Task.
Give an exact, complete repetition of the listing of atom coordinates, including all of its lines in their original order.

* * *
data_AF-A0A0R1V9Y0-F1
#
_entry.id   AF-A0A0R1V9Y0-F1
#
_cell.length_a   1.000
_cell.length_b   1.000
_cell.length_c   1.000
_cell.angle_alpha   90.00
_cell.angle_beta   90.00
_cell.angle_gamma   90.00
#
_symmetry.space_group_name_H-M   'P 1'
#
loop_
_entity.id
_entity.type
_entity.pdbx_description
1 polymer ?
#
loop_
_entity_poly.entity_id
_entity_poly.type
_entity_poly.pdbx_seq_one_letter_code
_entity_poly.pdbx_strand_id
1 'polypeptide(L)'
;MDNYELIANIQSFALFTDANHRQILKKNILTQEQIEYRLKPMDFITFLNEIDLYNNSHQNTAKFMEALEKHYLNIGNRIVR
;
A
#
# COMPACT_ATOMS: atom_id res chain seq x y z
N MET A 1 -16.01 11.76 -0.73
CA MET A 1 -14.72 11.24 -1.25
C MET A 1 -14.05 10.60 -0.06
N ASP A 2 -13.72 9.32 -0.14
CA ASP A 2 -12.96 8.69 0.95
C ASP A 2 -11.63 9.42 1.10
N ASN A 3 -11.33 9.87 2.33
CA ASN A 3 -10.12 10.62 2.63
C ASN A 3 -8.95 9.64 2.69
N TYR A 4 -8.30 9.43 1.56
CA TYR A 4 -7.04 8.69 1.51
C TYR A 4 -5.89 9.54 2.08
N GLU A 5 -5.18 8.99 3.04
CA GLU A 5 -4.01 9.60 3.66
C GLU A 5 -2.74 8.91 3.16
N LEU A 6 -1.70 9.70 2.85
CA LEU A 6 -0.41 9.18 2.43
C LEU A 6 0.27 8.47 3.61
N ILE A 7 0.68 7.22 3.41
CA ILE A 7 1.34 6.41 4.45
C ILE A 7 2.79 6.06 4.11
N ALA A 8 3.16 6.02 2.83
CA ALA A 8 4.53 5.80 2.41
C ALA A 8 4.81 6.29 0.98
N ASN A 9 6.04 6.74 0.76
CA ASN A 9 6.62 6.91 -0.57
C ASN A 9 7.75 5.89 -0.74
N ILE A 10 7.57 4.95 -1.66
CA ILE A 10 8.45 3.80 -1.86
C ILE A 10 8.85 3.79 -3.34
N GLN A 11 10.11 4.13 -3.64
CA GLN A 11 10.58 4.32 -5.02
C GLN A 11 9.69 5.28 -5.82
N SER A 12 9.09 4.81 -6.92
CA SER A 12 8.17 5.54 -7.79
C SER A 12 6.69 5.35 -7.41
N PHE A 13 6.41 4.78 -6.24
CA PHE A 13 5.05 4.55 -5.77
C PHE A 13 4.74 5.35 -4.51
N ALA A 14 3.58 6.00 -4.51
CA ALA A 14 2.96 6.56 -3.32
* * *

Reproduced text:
data_AF-A0A0R1V9Y0-F1
#
_entry.id   AF-A0A0R1V9Y0-F1
#
_cell.length_a   1.000
_cell.length_b   1.000
_cell.length_c   1.000
_cell.angle_alpha   90.00
_cell.angle_beta   90.00
_cell.angle_gamma   90.00
#
_symmetry.space_group_name_H-M   'P 1'
#
loop_
_entity.id
_entity.type
_entity.pdbx_description
1 polymer ?
#
loop_
_entity_poly.entity_id
_entity_poly.type
_entity_poly.pdbx_seq_one_letter_code
_entity_poly.pdbx_strand_id
1 'polypeptide(L)'
;MDNYELIANIQSFALFTDANHRQILKKNILTQEQIEYRLKPMDFITFLNEIDLYNNSHQNTAKFMEALEKHYLNIGNRIVR
;
A
#
# COMPACT_ATOMS: atom_id res chain seq x y z
N MET A 1 -16.01 11.76 -0.73
CA MET A 1 -14.72 11.24 -1.25
C MET A 1 -14.05 10.60 -0.06
N ASP A 2 -13.72 9.32 -0.14
CA ASP A 2 -12.96 8.69 0.95
C ASP A 2 -11.63 9.42 1.10
N ASN A 3 -11.33 9.87 2.33
CA ASN A 3 -10.12 10.62 2.63
C ASN A 3 -8.95 9.64 2.69
N TYR A 4 -8.30 9.43 1.56
CA TYR A 4 -7.04 8.69 1.51
C TYR A 4 -5.89 9.54 2.08
N GLU A 5 -5.18 8.99 3.04
CA GLU A 5 -4.01 9.60 3.66
C GLU A 5 -2.74 8.91 3.16
N LEU A 6 -1.70 9.70 2.85
CA LEU A 6 -0.41 9.18 2.43
C LEU A 6 0.27 8.47 3.61
N ILE A 7 0.68 7.22 3.41
CA ILE A 7 1.34 6.41 4.45
C ILE A 7 2.79 6.06 4.11
N ALA A 8 3.16 6.02 2.83
CA ALA A 8 4.53 5.80 2.41
C ALA A 8 4.81 6.29 0.98
N ASN A 9 6.04 6.74 0.76
CA ASN A 9 6.62 6.91 -0.57
C ASN A 9 7.75 5.89 -0.74
N ILE A 10 7.57 4.95 -1.66
CA ILE A 10 8.45 3.80 -1.86
C ILE A 10 8.85 3.79 -3.34
N GLN A 11 10.11 4.13 -3.64
CA GLN A 11 10.58 4.32 -5.02
C GLN A 11 9.69 5.28 -5.82
N SER A 12 9.09 4.81 -6.92
CA SER A 12 8.17 5.54 -7.79
C SER A 12 6.69 5.35 -7.41
N PHE A 13 6.41 4.78 -6.24
CA PHE A 13 5.05 4.55 -5.77
C PHE A 13 4.74 5.35 -4.51
N ALA A 14 3.58 6.00 -4.51
CA ALA A 14 2.96 6.56 -3.32